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Topic: Hajime Sato
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November 12, 2013 at 1:06 PM
What’s hot? Oh, let’s not! Instead, join Seattle Times food writer Nancy Leson Thursday, Nov. 14 at Town Hall when the Seattle Times, in partnership with the Seattle Public Library, hosts a panel of chefs and restaurateurs who’ve been around long enough to know that being great trumps being new.
How do they keep it real? How do they keep their customers coming back for more? What makes them hot under the collar when it comes to the public — and the media’s — insatiable appetite for the latest hot-new-thing? Nancy sits down with John Sundstrom of Lark, Mashiko’s Hajime Sato, Café Juanita’s Holly Smith, Daisley Gordon of Cafe Campagne and Marché and Wild Ginger’s Rick Yoder.
The conversation starts at 7 p.m., and promises to be frank, smart and a little bit smarty-pants. It’s free, there will be prizes, and the audience will have a chance to ask some questions, too. Doors open at 6:15, seats in the Great Hall (1119 Eighth Ave., Seattle) are first come, first served. More at www.townhallseattle.org.
September 3, 2013 at 6:00 AM
In an “open letter to bigot diners” on the Mashiko website, Sato wrote recently that some customers were making “ignorant comments” to his staff and in online reviews, saying that there are no Japanese people working at the restaurant.
“Why yes, we do have a female sushi chef. She also happens to be Caucasian,” he wrote.
“Her name is Mariah Kmitta, and we are blessed to have her behind our sushi bar. Mariah has been wowing customers at Mashiko for over 12 years. She has an amazing following of devoted customers who only dine with us when Mariah is working…Should you refuse her fare based on her gender or race, you are an absolute fool.”
Several people of Japanese descent work at Mashiko, Sato wrote in the post, but it shouldn’t matter. “Would you refuse service at an Irish pub if your server didn’t speak with a fanciful brogue? You do realize that sometimes people in this great big melting pot may not have a look that accurately reflects their genetic makeup. Do you also insist on DNA tests wherever you go? Of course not. Stop being an ignorant racist.”
Mashiko customers applauded the letter on the website and on a Facebook post, which was widely shared and debated online.
A writer at Slate, though, said it seems like an oversimplification to say that race and gender and sexual orientation don’t matter:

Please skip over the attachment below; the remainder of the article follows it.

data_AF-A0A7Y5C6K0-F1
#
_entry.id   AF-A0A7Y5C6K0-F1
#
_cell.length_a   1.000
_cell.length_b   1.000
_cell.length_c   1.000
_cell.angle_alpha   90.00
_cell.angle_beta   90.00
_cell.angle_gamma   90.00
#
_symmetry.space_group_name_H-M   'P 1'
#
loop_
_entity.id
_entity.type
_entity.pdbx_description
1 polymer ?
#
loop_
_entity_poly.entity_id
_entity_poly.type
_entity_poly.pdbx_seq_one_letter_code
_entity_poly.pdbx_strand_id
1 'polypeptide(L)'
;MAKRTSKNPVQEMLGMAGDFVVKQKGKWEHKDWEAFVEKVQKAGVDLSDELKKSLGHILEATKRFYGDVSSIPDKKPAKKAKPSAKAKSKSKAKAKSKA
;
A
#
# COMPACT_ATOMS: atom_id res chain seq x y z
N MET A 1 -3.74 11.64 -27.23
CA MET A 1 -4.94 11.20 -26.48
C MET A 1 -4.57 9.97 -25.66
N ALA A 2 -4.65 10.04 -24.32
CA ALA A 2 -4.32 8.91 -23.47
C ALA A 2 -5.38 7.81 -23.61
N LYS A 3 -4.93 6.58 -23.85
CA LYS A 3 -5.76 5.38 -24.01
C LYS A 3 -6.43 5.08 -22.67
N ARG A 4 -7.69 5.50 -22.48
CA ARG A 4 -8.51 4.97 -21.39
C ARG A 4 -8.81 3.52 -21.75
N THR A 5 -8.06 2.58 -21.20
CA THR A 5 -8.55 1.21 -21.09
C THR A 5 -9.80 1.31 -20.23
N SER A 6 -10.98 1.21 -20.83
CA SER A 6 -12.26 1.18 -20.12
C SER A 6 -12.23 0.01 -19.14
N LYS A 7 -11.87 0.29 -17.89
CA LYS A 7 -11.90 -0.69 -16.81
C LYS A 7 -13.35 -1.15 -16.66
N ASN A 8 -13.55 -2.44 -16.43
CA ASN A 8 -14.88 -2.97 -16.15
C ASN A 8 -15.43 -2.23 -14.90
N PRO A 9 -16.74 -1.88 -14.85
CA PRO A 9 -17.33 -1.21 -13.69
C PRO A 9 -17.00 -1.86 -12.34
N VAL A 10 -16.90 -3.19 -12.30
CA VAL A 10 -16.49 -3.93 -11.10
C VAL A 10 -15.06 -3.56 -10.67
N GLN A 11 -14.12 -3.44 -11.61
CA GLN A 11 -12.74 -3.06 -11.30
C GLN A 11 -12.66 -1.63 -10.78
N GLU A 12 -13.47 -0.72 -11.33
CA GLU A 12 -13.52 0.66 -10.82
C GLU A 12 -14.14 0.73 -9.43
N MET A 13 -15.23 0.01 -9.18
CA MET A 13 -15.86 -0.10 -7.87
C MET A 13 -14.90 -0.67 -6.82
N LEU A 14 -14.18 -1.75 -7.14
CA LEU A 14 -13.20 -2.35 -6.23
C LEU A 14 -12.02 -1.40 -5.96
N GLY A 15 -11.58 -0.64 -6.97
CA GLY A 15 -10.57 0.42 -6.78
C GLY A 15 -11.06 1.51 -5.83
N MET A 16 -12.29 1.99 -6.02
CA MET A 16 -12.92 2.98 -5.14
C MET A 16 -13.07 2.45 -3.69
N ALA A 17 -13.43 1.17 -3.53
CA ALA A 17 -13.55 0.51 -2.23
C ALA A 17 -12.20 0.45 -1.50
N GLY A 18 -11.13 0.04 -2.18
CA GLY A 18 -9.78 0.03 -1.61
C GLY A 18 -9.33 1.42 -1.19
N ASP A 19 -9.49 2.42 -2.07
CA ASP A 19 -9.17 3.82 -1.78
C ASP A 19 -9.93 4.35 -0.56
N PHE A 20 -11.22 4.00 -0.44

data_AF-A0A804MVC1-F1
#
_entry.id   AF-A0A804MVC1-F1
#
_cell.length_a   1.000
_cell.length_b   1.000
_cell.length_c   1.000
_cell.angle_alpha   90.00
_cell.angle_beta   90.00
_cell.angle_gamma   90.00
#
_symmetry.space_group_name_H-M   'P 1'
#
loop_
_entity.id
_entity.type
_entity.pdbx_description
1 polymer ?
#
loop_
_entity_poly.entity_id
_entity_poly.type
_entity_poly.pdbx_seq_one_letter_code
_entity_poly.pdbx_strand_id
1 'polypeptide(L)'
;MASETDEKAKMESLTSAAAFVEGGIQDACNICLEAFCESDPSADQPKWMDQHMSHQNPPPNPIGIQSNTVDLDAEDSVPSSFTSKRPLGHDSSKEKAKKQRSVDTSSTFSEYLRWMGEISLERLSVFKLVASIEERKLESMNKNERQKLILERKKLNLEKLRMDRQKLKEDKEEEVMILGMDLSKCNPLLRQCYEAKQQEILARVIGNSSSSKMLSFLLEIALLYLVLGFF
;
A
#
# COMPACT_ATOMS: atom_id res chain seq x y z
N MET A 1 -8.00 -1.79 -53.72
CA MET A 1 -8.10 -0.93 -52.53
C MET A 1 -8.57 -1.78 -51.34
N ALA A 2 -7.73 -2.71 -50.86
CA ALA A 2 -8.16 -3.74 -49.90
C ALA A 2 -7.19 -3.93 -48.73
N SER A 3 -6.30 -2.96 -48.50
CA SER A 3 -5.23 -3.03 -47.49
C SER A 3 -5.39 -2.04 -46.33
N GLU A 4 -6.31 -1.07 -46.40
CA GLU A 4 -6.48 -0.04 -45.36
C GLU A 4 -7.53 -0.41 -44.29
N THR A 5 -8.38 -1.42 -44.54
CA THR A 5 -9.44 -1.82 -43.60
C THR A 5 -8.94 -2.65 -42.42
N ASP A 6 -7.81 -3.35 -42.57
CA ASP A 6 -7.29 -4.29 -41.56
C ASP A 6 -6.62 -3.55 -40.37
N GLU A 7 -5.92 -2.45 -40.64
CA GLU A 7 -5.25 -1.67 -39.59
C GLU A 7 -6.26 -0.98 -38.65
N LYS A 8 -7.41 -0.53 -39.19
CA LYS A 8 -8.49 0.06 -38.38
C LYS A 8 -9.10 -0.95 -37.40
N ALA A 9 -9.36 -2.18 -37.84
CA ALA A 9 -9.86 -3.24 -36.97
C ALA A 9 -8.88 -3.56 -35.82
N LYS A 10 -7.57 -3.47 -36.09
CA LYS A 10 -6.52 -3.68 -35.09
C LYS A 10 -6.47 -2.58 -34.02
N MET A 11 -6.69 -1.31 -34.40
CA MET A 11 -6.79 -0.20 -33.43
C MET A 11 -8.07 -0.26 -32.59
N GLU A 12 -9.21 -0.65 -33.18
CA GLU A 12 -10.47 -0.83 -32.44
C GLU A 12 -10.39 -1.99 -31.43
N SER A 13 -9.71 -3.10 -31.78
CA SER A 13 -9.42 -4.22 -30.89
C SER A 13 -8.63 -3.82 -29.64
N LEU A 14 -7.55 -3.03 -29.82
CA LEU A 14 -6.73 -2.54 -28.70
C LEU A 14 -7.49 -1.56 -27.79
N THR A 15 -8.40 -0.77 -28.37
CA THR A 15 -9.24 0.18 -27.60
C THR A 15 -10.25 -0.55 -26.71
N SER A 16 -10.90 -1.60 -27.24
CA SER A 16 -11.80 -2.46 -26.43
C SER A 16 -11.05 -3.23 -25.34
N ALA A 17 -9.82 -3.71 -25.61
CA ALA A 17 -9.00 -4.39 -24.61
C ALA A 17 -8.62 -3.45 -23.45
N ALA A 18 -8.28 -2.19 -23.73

“Mashiko, which has a Japanese owner, should not be accused of cultural appropriation. But if, hypothetically speaking, a group of white Americans opened a sushi restaurant and hired an all or mostly white staff, would race still “not matter”?” wrote L.V. Anderson.
“In that instance, race would matter, and quite a bit, because the owners would be capitalizing off of others’ culinary traditions and their own white privilege at the same time. It sounds great to say that everybody is equal or that you don’t see race, but it minimizes the persistent systemic racism that favors white people over everyone else.”
Sato told the West Seattle Herald that “It’s crazy, like 30,000 people looked at (the blog post). And before (the bigot letter) I posted about how smelt is great and I got like 100 people looking at it. I’m passionate about anti-racism, but I’m passionate about smelt too. I just hope people will eat smelt more and not be racist.”
June 10, 2013 at 2:42 PM
World Oceans Day, June 8, was a reminder to reflect on our relationship to wild fish and the dwindling numbers of many species. Can we stop plundering the oceans and still feed a world population rapidly approaching 9 billion?
In a new book, “The Perfect Protein: The Fish Lover’s Guide to Saving the Oceans and Feeding the World,” Oceana CEO Andy Sharpless and co-author Suzannah Evans tackle that big question, outlining the issues and presenting solutions. Sharpless will be in Seattle on Wednesday, June 12, at 7 p.m. at the Elliott Bay Book Company on Capitol Hill for a reading followed by a Q & A session.
The book also addresses the consumer’s dilemma: How can we find and choose responsibly caught seafood? It includes recipes from top chefs, among them Eric Ripert, of New York’s famed seafood restaurant Le Bernardin, and Hajime Sato, the owner of Mashiko, Seattle’s first sustainable sushi bar. Sato will also attend the Elliott Bay Book Company event.
In an interview on KIRO Radio’s “Let’s Eat” that aired June 8, Sato talked about his decision to carry only sustainable seafood at his West Seattle restaurant.
“I’d been teaching on different occasions and in class they began asking where fish come from. I had to study about it. I found out some were not sustainable. When I started to look into it, I began to feel like a hypocrite.” (more…)
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